Markets Today: Malcolm moves on. The market impact.

Ray discusses the possible scenarios that could play out in Australian politics today and what the market impact will be – it’s already hit the Aussie dollar quite markedly.

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Today’s podcast

Overview: Another one bites the dust

  • AUD weakness extends overnight to below 0.7250
  • Sky News says Dutton has the 43 votes needed for a party-room vote
  • USD stronger across the board, bonds and equities not much changed
  • New PM likely by lunch-time.  Powell at Jackson Hole tonight

No shortage of contenders for today’s song title, with Genesis’ Land of Confusion, OMC’s ‘How Bizarre’ and Barry McGuire’s ‘Eve of Destruction’ all worthy contributions from my colleagues. The plaudits though went to my muso daughter for the Queen song that immediately tripped off her tongued when asked; not bad considering it was penned more than 15 years before she was born. Go Freddie.

Looking across markets, not much to say about international equities or bonds overnight where the S&P is closing down about 0.2% and Treasury yields are little changed, albeit the US Treasury curve is another 2bps or so flatter led by a pick-up in yields at the front end.  All of the action is in currencies, led by a 1.35% drop in the AUD to currently sit around 0.7250, amid a generally stronger USD.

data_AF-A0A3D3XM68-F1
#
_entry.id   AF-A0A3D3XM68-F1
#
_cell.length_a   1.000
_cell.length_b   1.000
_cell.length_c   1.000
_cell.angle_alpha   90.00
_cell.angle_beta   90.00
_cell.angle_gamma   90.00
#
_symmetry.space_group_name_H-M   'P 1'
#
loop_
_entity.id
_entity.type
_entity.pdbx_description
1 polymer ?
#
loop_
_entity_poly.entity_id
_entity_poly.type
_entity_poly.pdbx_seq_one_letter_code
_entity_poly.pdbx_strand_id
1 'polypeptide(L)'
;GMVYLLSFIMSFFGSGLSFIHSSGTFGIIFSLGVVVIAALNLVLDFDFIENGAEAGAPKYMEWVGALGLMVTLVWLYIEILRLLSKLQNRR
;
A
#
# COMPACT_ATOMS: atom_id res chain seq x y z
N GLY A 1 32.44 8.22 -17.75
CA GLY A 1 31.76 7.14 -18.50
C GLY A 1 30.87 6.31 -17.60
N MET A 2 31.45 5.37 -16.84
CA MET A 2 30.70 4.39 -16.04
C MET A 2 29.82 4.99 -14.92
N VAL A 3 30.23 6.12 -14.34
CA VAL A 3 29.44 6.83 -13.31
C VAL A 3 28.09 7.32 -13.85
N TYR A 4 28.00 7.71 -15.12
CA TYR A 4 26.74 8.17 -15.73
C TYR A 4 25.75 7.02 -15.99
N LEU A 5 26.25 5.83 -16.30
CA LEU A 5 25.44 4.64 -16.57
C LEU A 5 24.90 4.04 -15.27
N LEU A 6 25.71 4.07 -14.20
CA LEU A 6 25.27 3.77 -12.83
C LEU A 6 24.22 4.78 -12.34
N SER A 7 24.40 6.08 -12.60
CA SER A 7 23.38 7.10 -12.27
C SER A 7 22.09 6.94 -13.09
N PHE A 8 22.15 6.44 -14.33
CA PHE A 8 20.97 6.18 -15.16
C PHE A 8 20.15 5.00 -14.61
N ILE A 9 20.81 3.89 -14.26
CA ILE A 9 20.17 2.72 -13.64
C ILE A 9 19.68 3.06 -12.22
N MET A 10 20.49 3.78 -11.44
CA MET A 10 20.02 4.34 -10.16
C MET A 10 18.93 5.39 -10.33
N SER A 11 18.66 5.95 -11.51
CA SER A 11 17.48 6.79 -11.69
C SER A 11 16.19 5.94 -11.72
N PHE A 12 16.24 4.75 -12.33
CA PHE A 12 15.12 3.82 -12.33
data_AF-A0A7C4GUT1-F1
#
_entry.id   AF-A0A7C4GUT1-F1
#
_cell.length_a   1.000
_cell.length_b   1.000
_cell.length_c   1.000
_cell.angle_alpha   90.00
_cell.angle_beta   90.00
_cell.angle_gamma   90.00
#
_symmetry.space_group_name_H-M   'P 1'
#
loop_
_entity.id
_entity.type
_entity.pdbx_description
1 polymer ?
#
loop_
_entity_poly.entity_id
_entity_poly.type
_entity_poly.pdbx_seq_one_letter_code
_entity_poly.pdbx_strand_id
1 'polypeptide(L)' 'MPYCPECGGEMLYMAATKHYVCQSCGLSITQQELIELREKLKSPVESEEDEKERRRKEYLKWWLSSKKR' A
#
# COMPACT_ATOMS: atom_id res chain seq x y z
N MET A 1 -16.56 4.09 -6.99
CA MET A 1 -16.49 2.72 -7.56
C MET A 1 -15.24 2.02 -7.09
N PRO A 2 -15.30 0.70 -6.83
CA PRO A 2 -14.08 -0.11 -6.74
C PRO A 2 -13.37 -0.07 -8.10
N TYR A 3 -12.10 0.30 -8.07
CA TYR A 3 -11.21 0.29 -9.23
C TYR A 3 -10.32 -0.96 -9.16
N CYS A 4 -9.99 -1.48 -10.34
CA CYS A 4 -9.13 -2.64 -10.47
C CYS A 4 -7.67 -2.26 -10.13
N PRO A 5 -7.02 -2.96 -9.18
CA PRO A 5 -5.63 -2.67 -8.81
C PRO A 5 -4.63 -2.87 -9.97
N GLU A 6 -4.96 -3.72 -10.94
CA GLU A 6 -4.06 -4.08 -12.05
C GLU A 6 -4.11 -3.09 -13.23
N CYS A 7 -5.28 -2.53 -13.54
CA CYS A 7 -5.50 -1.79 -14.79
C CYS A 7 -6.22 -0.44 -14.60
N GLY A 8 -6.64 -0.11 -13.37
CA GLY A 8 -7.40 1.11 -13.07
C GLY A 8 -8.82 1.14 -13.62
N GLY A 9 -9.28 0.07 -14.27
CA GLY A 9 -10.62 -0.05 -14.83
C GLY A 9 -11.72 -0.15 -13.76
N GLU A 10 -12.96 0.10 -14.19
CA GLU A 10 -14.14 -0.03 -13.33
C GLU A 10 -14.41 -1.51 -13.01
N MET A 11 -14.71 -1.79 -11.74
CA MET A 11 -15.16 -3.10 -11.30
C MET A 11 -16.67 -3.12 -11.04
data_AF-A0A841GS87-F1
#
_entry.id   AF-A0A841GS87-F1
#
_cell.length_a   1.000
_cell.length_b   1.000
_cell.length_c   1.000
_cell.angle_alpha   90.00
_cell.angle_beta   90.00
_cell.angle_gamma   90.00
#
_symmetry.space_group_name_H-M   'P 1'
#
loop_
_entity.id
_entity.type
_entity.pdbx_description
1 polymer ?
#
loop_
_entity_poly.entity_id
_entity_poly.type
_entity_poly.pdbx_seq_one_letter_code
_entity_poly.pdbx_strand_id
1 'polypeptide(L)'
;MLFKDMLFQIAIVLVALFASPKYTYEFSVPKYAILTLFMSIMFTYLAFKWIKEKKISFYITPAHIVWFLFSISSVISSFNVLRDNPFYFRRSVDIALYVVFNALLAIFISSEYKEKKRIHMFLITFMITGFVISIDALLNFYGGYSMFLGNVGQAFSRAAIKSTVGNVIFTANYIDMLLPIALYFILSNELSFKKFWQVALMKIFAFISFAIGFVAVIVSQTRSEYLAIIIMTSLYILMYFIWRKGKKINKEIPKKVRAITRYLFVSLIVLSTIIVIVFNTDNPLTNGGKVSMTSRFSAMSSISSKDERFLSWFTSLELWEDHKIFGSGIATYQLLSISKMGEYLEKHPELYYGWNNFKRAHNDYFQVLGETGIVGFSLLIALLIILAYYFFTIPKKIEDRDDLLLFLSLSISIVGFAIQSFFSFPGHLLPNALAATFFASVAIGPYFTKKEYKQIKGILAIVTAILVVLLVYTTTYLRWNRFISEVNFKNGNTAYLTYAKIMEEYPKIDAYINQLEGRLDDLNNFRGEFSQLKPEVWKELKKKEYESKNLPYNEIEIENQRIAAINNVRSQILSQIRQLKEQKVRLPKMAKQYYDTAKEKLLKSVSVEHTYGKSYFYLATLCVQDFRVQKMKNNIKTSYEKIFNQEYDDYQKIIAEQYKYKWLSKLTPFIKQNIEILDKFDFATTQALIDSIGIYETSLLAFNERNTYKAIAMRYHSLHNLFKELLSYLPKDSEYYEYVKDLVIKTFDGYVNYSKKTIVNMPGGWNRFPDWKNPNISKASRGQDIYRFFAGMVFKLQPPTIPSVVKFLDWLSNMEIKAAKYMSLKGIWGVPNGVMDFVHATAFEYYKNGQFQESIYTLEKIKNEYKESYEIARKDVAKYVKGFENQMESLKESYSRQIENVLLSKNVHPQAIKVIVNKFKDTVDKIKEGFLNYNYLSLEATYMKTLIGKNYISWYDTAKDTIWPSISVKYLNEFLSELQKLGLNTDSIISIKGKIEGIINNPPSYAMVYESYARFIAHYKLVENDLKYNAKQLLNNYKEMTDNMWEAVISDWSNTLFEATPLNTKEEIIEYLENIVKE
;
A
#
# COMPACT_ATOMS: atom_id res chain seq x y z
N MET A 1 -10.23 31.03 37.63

Domestic politics

Sky News us reporting that Peter Dutton has the required 43 signatures demanded yesterday by Malcom Turnbull in order to call a party room meet/vote today, while the Sydney Morning Herald has just reported that Peter Dutton has released new legal advice stating he is unequivocally entitled to sit in parliament. We need to hear the latter directly from the Solicitor General’s mouth, but assuming this is the case then odds on Peter Dutton winning a party room vote today and being the new Prime Minister by lunchtime will likely be holding below $2.0 ($1.90 late yesterday afternoon)  Scott Morrison was sitting at about $4 last night and Julie Bishop $6 (but she has since come in to nearer $4).

Assuming so, then perhaps worth noting that one point of policy differentiation between a Dutton led-Liberal government and a Turnbull/Morrison/Bishop one, is that Ditton has already signalled a reduction in immigration. If implemented, this is something that would likely lower growth, but may also slow growth in the labour supply. Dutton is also thought to be more of a policy hawk when it comes to China. He also floated a number of alternative policy proposals, though we would expect him to take some time to formulate his policy direction more fully.

It is also worth making the point that unless the Liberal party’s poll standing quickly improves under a Dutton-led government, that market belief both that the election is more likely to come sooner than May next year, and that a change of government is more likely than not, might limit the ability of the AUD to rebound, at least on domestic political factors.

Currencies